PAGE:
Platform For Virtualization
Covenant's blade servers are ably hosting, among other things, the company's VMware ESXi 4.1 virtualization infrastructure. At company headquarters is a c3000 enclosure with four older c-Class blades whose VMware ESXi 4.1 infrastructure runs a domain controller, a file/print server, and various test/development environment servers, Wall says. The p-Class blades tend to have one processor, 8 GB of RAM, two hard drives in RAID 1, and two NICs. Most of Covenant's c-Class blades have two processors, 16 GB to 32 GB RAM, and four NICs. "We are moving to an ESXi 4.1 grid concept, where most of our blades will boot into ESXi from a USB drive in the blade," Wall says. "The goal is to get rid of the cost, power, heat, and failure of hard disk drives."
In our August InformationWeek Analytics 2010 Virtualization Management Survey, 45% of respondents said they expect to have more than half their production servers virtualized by the end of 2011, and 24% pile on 10 or more production VMs per host--7% run more than 40 per host. Given that level of popularity, not to mention load, it's no wonder market observers insist that virtualization has become a main driver not only for blades in the data center but also for the relatively recent jump in blade innovation.
"As virtualization came in, it drove a couple of needs that blades had to grow up to accommodate," notes Mike Roberts, a Dell product manager responsible for the company's blade server line. "First was the memory capacity, and the other part of it was really I/O connectivity--network connectivity and the ability to connect to back-end storage."
That's not to say that older blade systems can't be upgraded to meet evolving needs. Indeed, flexibility is one of the most attractive features of the blade architecture for Covenant Retirement's Wall. "One major advantage of blades that is often overlooked is the easy ability to pull a blade, pop the cover, add or subtract hardware, replace the cover, and slide it back in," he says. "We also like the easy ability to send three new blades to the Denver data center, have 'remote hands' slide them in, and have remote hands pull three older blades and box them up to send back to us. We refurbish them and place them in our Chicago data center. This allows us to keep the Denver data center blade inventory fresh and vital and brings the older, out-of-warranty blades back to Chicago where we can easily handle them."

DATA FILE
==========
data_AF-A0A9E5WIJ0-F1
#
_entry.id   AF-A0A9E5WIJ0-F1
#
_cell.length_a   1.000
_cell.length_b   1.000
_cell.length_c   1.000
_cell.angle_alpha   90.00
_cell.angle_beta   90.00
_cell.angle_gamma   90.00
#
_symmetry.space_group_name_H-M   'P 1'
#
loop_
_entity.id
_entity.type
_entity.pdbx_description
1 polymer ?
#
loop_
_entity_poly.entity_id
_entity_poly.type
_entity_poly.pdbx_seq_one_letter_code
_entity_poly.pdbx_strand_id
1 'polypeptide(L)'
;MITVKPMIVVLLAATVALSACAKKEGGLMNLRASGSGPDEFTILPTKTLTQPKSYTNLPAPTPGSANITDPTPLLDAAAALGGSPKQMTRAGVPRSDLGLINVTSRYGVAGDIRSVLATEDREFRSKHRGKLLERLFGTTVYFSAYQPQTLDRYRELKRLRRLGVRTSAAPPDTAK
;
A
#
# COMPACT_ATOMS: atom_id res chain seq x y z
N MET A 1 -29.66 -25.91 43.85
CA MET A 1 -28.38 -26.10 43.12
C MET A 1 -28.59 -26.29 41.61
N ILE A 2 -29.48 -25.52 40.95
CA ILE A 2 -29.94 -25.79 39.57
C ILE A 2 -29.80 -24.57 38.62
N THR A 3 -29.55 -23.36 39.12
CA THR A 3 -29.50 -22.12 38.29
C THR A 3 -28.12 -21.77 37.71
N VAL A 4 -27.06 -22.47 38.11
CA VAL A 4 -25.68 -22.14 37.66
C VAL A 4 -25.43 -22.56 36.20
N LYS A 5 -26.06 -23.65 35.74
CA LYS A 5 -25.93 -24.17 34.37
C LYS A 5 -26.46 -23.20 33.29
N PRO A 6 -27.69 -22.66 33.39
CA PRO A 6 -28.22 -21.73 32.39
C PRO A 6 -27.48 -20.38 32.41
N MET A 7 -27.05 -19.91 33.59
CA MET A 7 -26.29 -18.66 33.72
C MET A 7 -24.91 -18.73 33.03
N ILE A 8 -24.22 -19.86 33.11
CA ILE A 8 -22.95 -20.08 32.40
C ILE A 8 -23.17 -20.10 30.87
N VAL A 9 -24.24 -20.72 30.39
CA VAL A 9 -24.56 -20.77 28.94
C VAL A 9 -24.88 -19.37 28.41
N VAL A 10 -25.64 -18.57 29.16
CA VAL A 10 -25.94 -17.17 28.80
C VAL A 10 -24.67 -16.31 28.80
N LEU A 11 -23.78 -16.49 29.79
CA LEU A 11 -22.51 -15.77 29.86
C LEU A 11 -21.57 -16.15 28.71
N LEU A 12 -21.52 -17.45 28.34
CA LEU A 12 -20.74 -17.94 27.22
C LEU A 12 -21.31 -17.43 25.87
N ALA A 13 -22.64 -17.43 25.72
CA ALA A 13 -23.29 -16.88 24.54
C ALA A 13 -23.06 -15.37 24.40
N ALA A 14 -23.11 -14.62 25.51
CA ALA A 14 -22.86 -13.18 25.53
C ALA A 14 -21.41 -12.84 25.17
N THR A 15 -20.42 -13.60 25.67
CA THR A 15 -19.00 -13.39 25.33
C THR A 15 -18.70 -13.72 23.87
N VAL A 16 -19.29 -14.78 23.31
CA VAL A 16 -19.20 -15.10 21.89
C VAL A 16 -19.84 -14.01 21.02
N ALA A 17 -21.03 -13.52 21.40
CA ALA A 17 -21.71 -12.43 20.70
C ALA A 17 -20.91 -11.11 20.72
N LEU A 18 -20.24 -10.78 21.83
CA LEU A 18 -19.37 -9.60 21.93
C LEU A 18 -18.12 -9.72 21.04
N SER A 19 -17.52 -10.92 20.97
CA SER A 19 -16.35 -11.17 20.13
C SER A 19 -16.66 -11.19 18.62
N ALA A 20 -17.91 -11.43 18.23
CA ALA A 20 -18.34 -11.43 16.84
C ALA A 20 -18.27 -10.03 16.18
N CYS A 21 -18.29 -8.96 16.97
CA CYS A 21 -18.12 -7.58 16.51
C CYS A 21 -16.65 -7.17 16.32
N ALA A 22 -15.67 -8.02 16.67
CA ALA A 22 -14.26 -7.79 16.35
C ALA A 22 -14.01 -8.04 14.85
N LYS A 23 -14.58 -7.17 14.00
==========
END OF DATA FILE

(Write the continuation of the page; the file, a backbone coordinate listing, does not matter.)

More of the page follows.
New Kid On The Block
A core network upgrade led Pitt Ohio Express back to blades--and to blade newcomer Cisco--after a less-than-satisfying experience with an earlier generation of the servers from another vendor. Pitt Ohio Express, a transportation company with 21 remote facilities scattered from Chicago to New Jersey to the Carolinas, was looking to move forward with its virtualization efforts, which required more horsepower and more compute resources. Pitt Ohio Express was mainly an HP shop, and the company initially planned to add ProLiant rack-mount servers to meet increased demand. However, while working with Cisco on a 10 Gigabit Ethernet deployment and an implementation of the vendor's Nexus switch, Pitt Ohio's IT team became interested in Cisco's UCS platform and its blade components. "When [Cisco] started to explain about the UCS, we started to do more research on the blade systems," says Jules Thomas, an IT systems engineer with Pitt Ohio. "And since we decided to look at UCS, we decided to look at HP's blade environment, too." As Thomas started comparing the HP blades with UCS, the integration aspect of UCS with the Nexus system was a major draw.
Pitt Ohio's IT team made the move from HP's to Cisco's server platform. The company uses two UCS B-Series 5108 blade server chassis and six UCS 6620 B200 M1 blade servers. Each server blade is hosting more than 20 VMs. Mike Cisek, director of infrastructure and operations at Pitt Ohio Express, says UCS has centralized and simplified management while reducing cabling connections and the associated interface costs. But for Pitt Ohio, it's the whole of UCS's parts--not the blade form factor itself--that's appealing.
"If the UCS didn't exist, we would still not have chosen to go with HP blades or HP servers," Cisek says. "Even with the last-generation change of [HP] incorporating Cisco networking into the blade chassis, it just didn't make sense from a cost standpoint."
Blades Sharpen Disaster Recovery